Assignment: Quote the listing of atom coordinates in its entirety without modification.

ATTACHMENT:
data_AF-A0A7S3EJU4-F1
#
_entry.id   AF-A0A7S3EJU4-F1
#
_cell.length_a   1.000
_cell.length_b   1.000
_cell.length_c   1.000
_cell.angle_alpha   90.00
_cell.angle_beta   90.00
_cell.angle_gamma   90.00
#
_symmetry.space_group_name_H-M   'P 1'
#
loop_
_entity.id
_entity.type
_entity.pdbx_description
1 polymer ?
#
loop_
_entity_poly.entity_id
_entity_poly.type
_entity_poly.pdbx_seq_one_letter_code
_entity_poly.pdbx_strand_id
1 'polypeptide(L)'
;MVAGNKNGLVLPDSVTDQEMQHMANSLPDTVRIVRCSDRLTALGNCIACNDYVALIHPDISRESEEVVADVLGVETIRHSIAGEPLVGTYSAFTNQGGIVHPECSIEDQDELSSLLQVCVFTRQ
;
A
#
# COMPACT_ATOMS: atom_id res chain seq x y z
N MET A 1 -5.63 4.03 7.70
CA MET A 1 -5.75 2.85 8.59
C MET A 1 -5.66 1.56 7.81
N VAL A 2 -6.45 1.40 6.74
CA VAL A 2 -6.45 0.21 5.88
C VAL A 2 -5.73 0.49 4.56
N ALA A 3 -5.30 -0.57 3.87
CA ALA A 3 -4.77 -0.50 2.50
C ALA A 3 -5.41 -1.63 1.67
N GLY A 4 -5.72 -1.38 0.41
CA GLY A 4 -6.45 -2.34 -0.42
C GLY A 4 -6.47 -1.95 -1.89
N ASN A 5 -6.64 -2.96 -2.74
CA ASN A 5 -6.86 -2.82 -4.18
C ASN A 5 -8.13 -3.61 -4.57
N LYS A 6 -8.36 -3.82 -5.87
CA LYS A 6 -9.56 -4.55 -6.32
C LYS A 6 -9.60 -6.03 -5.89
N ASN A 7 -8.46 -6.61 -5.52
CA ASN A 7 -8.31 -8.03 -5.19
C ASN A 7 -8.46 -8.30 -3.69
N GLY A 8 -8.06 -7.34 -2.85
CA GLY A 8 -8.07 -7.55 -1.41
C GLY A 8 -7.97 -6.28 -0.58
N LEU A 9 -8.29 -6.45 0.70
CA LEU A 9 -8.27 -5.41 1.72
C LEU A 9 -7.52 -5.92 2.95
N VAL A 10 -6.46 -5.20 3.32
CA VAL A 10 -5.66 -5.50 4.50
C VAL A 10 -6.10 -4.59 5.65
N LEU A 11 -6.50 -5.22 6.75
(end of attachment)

data_AF-A0A7S3EJU4-F1
#
_entry.id   AF-A0A7S3EJU4-F1
#
_cell.length_a   1.000
_cell.length_b   1.000
_cell.length_c   1.000
_cell.angle_alpha   90.00
_cell.angle_beta   90.00
_cell.angle_gamma   90.00
#
_symmetry.space_group_name_H-M   'P 1'
#
loop_
_entity.id
_entity.type
_entity.pdbx_description
1 polymer ?
#
loop_
_entity_poly.entity_id
_entity_poly.type
_entity_poly.pdbx_seq_one_letter_code
_entity_poly.pdbx_strand_id
1 'polypeptide(L)'
;MVAGNKNGLVLPDSVTDQEMQHMANSLPDTVRIVRCSDRLTALGNCIACNDYVALIHPDISRESEEVVADVLGVETIRHSIAGEPLVGTYSAFTNQGGIVHPECSIEDQDELSSLLQVCVFTRQ
;
A
#
# COMPACT_ATOMS: atom_id res chain seq x y z
N MET A 1 -5.63 4.03 7.70
CA MET A 1 -5.75 2.85 8.59
C MET A 1 -5.66 1.56 7.81
N VAL A 2 -6.45 1.40 6.74
CA VAL A 2 -6.45 0.21 5.88
C VAL A 2 -5.73 0.49 4.56
N ALA A 3 -5.30 -0.57 3.87
CA ALA A 3 -4.77 -0.50 2.50
C ALA A 3 -5.41 -1.63 1.67
N GLY A 4 -5.72 -1.38 0.41
CA GLY A 4 -6.45 -2.34 -0.42
C GLY A 4 -6.47 -1.95 -1.89
N ASN A 5 -6.64 -2.96 -2.74
CA ASN A 5 -6.86 -2.82 -4.18
C ASN A 5 -8.13 -3.61 -4.57
N LYS A 6 -8.36 -3.82 -5.87
CA LYS A 6 -9.56 -4.55 -6.32
C LYS A 6 -9.60 -6.03 -5.89
N ASN A 7 -8.46 -6.61 -5.52
CA ASN A 7 -8.31 -8.03 -5.19
C ASN A 7 -8.46 -8.30 -3.69
N GLY A 8 -8.06 -7.34 -2.85
CA GLY A 8 -8.07 -7.55 -1.41
C GLY A 8 -7.97 -6.28 -0.58
N LEU A 9 -8.29 -6.45 0.70
CA LEU A 9 -8.27 -5.41 1.72
C LEU A 9 -7.52 -5.92 2.95
N VAL A 10 -6.46 -5.20 3.32
CA VAL A 10 -5.66 -5.50 4.50
C VAL A 10 -6.10 -4.59 5.65
N LEU A 11 -6.50 -5.22 6.75